- Menstrual cycle irregularies
- High levels of androgens
- Growths or enlargement of the ovaries
What are other complications of PCOS?
PCOS can increase your risk for other related health conditions, including thyroid problems, heart disease, high blood pressure, high cholesterol, endometrial cancer, endometrial hyperplasia, stroke, Type 2 diabetes, sleep apnea, depression, metabolic disorders, infertility, and more.
Obesity does not directly cause PCOS, but it has been shown to worsen the symptoms of PCOS, such as insulin sensitivity. Therefore, lifestyle changes and weight loss may help reduce the severity of PCOS symptoms.
PCOS can manifest in many ways and affect your overall health and wellbeing. Therefore, it is important to speak with a doctor to receive a diagnosis and medical treatment for PCOS so that you can take control of your overall health.
How is PCOS treated?
Unfortunately, there is currently no cure for PCOS. However, there are many solutions to treat the symptoms of PCOS and lessen the severity of the disorder. The appropriate treatment for PCOS depends on which symptoms are your primary concern.
If regulating your period is a primary concern, your doctor may prescribe hormonal birth control pills or progestin therapy.
If infertility is your primary concern, your doctor may prescribe medicines such as Clomiphene, Letrozole, Metformin, or Gonadotropins to help you ovulate and become pregnant. In Vitro fertilization (IVF) can also be effective for some patients with PCOS.
If unwanted hair growth and acne are your primary concerns, hormonal birth control pills, acne medications, or androgen-blocking medications or creams can be effective. While often temporary, hair removal treatments can also help with these symptoms.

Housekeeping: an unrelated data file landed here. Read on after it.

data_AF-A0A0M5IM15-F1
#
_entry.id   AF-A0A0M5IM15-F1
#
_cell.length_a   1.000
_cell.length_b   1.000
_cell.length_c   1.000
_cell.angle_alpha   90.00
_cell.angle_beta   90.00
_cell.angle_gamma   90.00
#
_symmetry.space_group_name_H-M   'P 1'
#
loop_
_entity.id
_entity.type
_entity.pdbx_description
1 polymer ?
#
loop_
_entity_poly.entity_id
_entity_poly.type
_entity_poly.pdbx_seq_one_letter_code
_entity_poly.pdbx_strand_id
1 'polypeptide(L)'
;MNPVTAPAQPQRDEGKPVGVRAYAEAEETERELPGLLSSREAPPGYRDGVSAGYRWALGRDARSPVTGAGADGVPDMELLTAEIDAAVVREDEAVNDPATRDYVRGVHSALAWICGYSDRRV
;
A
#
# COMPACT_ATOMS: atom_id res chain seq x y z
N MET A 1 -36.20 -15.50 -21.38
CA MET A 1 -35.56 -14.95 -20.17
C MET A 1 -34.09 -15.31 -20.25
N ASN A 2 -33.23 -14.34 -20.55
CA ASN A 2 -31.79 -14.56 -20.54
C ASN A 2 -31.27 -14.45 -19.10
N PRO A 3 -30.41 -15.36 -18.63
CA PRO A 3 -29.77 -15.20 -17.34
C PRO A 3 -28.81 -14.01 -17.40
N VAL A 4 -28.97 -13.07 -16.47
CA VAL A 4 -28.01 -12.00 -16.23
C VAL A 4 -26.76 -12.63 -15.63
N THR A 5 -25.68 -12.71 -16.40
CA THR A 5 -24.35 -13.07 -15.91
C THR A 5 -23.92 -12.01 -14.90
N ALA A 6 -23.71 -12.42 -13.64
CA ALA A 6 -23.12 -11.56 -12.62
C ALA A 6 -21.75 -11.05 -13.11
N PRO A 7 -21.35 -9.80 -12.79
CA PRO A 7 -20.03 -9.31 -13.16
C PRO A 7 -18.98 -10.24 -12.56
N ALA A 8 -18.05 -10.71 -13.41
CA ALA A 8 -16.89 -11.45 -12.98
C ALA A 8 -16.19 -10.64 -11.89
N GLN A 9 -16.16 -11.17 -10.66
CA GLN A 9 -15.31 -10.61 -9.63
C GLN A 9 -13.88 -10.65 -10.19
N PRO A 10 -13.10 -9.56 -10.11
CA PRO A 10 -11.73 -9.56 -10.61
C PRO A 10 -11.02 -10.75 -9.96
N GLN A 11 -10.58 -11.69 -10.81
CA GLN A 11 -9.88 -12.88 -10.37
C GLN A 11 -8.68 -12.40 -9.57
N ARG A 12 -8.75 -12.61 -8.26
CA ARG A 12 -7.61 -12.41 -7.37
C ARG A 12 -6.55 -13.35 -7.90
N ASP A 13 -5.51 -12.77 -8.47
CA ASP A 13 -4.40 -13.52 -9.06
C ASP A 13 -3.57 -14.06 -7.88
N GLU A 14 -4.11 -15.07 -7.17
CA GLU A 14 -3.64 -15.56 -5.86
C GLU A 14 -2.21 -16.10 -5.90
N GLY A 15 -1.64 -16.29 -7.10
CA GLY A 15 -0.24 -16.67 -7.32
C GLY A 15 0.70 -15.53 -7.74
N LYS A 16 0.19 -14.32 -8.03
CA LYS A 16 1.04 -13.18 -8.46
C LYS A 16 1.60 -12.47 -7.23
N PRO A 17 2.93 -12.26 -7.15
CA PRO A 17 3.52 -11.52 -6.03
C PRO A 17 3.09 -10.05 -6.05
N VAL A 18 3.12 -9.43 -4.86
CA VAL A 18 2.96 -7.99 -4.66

Other effective treatments also include lifestyle changes such as eating a healthy diet, exercising more often, getting high-quality sleep, and losing weight.
Later in life, menopause has been shown to help balance hormone levels and reduce the severity of PCOS symptoms.
Things to consider with PCOS and hormonal birth control
If you are currently taking hormonal birth control, such as oral contraceptives (birth control pills), it can be hard to accurately measure your body’s natural hormone levels. Hormonal birth control can also cause light or infrequent periods. This can make it difficult for your doctor to diagnose PCOS accurately.
Therefore, you may be required to stop taking any hormonal birth control for several months if you think you might have PCOS. That way your doctor can routinely and accurately monitor your hormone levels and menstrual period cycle.
Of course, birth control pills are a common treatment for PCOS symptoms, so your doctor may ultimately re-prescribe this medication if you are ultimately diagnosed.
Make an appointment with your ob/GYN today
We take women’s health issues like PCOS seriously at Great City Medical. We understand that PCOS symptoms and diagnosis can be a long, frustrating journey.
But don’t worry—our trained medical professionals are here to help you get the answers you need so that you can look and feel your best.
Call our New York City gynecologist offices today to make an appointment to speak with our health professionals.